Bernard has a chance to be Brady’s Tampa James White and that is a very valuable fantasy role, especially in PPR leagues. White finished the RB18 in PPR in 2019 and the RB7 in 2018. I’m betting on the chemistry developing throughout the summer and for it to shine when they take the field in 2021.
running backs who saw at least 70 targets last year (.5PPR rank):
j.d. mckissic – RB24
alvin kamra – RB1
nyheim hines – RB20
ezekiel elliott – RB11
mike davis – RB15
# of times tom brady targeted his RBs last year – 118
this is a giovani bernard tweet.
— pete astronaut aboard the pitts-8 rocket rogers (@petemrogers) September 6, 2021
Matt Ryan Finishes Ahead of Tom Brady and Aaron Rodgers in Total Scoring
In 2020, Matt Ryan finished the QB12 in total points per game, scoring 293.4. Tom Brady finished the QB8 with 349.9 points. Aaron Rodgers the QB3 with 387.2. There was clearly a gap between these players, but I’m betting that gap closes in 2021.
First off, Ryan is no stranger to finishing a top fantasy option. Since 2016, Ryan has finished the QB2, QB15, QB2, QB11, and QB12 last year. He now also gets to play under Arthur Smith, the man who’s offense turned Ryan Tannehill from a forgotten commodity to the QB7 last year and the QB9 in points per game in 2019. Yes there’s no longer Julio Jones in Atlanta, but a roster of Calvin Ridley, Kyle Pitts, Russell Gage, Hayden Hurst, and Mike Davis in the backfield is more than a good squad.
Brady’s first year in Tampa Bay was the stuff of legend and he certainly took full advantage of the weapons around him. However, there’s plenty of room for regression in 2021. Brady’s 6.6 TD% last year was his highest by a long shot since 2010. He threw the ball 610 times for over 4,600 yards which is utterly insane when you remember the man is 43-years-old. Finally, only twice in his NFL career has Brady been sacked fewer times than he was in 2020. Even with just slight regression in these categories, Brady could fall from middle of QB1 to end of the QB1 tier.
Now I added Rodgers into the equation simply because I didn’t think Brady by himself was spicy enough. The main argument for Rodgers is regression. Rodgers’ ridiculous 9.1 TD% last year has only happened 4 other times in NFL history. With Rodgers also boasting one of the highest Touchdown Dependencies (TDd) last year among quarterbacks, his total scoring seems destined to see a sharp decrease in 2021.
Davante Adams Falls Outside the Top 5
I know with the news of Aaron Rodgers returning, it’ll be hard not to go back to ranking Davante Adams as the clear cut WR1 this year. And if you’ve already adjusted your rankings, I wouldn’t blame you. After all, the Rodgers/Adams mind-meld led to 18 touchdowns and Adams running away with the WR1 spot last year.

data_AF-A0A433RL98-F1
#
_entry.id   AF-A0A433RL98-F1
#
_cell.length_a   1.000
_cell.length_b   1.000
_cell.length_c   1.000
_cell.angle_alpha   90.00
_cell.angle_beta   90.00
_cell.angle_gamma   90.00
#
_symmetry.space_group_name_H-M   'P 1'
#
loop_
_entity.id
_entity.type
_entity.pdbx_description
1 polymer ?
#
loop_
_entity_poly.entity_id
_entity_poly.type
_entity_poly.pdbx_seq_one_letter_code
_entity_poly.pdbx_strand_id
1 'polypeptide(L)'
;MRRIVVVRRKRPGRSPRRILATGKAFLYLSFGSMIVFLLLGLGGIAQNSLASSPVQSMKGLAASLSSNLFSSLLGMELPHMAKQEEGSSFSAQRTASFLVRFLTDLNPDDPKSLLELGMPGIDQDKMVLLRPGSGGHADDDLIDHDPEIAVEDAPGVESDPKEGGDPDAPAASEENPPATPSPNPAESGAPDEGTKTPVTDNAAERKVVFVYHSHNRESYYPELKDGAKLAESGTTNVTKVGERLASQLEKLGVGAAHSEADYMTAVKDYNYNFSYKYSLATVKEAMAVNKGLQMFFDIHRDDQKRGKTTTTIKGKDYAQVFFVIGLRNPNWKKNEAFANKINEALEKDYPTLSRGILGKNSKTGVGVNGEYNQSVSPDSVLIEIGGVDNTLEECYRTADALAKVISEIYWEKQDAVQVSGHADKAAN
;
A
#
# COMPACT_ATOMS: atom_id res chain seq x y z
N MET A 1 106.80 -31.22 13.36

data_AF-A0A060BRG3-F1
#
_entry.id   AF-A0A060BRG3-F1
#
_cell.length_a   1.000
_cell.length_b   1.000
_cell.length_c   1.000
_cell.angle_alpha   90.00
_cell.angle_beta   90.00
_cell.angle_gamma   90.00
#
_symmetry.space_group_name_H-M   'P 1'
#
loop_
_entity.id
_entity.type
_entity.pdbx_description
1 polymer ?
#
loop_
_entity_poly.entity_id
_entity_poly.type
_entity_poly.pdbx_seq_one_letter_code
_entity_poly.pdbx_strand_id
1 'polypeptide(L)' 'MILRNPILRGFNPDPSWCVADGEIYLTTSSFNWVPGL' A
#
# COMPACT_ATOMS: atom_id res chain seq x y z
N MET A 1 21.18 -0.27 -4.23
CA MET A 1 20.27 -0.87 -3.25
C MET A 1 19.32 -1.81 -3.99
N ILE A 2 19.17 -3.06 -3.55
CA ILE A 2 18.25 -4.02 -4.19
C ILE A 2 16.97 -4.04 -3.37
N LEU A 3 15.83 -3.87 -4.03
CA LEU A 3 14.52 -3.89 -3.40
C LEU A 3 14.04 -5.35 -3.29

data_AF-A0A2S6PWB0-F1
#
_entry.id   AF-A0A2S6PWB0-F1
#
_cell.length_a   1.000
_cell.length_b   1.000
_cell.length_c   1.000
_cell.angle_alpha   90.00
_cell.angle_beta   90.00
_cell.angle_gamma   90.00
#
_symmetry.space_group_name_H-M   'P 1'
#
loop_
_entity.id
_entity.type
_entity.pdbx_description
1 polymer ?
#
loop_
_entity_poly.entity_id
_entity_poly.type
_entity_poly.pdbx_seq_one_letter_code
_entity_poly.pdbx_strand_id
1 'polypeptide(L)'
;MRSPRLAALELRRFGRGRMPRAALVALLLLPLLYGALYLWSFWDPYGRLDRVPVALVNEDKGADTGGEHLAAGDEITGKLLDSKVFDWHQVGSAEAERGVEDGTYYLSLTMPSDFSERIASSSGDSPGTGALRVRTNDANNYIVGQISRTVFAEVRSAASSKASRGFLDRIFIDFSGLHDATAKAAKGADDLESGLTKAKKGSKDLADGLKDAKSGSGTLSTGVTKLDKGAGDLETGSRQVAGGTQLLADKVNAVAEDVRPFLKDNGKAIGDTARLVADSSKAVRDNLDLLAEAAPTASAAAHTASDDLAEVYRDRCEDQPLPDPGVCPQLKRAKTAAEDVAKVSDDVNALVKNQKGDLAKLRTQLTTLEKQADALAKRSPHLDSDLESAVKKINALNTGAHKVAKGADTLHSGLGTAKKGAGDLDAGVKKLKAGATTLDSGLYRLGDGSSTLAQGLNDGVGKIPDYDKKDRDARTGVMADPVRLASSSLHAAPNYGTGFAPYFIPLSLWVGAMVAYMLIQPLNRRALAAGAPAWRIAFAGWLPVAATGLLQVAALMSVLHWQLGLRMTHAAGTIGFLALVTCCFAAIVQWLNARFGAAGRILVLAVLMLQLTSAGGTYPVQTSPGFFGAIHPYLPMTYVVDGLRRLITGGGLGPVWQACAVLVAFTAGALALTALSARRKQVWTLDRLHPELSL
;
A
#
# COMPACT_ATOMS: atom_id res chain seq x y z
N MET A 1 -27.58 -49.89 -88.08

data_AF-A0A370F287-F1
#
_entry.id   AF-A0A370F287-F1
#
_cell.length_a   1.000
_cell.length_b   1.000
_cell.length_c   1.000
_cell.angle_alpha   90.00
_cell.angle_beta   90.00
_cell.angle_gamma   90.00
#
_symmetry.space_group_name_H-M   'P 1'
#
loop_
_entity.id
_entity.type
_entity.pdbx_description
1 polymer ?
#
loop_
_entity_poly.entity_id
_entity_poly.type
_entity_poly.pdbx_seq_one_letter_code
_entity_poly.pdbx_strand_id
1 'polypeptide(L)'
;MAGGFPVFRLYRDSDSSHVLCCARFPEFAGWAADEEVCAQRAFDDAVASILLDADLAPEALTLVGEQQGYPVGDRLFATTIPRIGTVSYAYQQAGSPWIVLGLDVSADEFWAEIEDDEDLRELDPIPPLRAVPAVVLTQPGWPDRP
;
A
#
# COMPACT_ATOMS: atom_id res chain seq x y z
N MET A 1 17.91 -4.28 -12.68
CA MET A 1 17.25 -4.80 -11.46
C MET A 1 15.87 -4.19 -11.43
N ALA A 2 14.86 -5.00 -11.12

The reason for my hesitation comes directly from those 18 touchdowns Adams caught last year. Adams’ 35.9% TDd was one of the highest among wide receivers last year. In 2019, Adams only caught five touchdowns. He played just 12 games, but even across 16 games, he was just on a 7 touchdown pace. 2018 saw Adams’ previous career high in scoring with 13. That’s still a lot of touchdowns, don’t get me wrong, but the difference between 18 and 13 touchdowns is 30 fantasy points.
It feels like the wide receiver position is as deep as ever this year. Young players like Calvin Ridley, Justin Jefferson, D.K. Metcalf, and A.J. Brown are all stating their case for the WR1, while veterans such as Stefon Diggs, DeAndre Hopkins, Keenan Allen, and Allen Robinson find themselves in the best situations of their careers.
Adams might finish out of the top five this year not because he had a bad season, but simply because there might be 10 wide receivers who have similar seasons.
Gerald Everett Catches Double-Digit Touchdowns
Gerald Everett is a hyper-athletic tight end with lots of fantasy potential, but we haven’t seen it quite yet because he was sharing time with Tyler Higbee with the Los Angeles Rams. Now he’s all by himself with Russell Wilson in Seattle and the fantasy potential is through the roof.
Where Everett has the best chance to make his bread and butter is in the red zone. Standing 6-foot-3, with a background in basketball, Everett has the size and physicality to become an elite red zone threat. The pairing with Wilson is tantalizing because tight end is one of Wilson’s favorite red zone targets.
Last year, with the Seahawks cycling through a couple of tight ends, Wilson targeted the position a team high 21 times. Even if Everett doesn’t see 20+ red zone targets, 15 seems well within reason and that workload can easily translate into double-digit scores.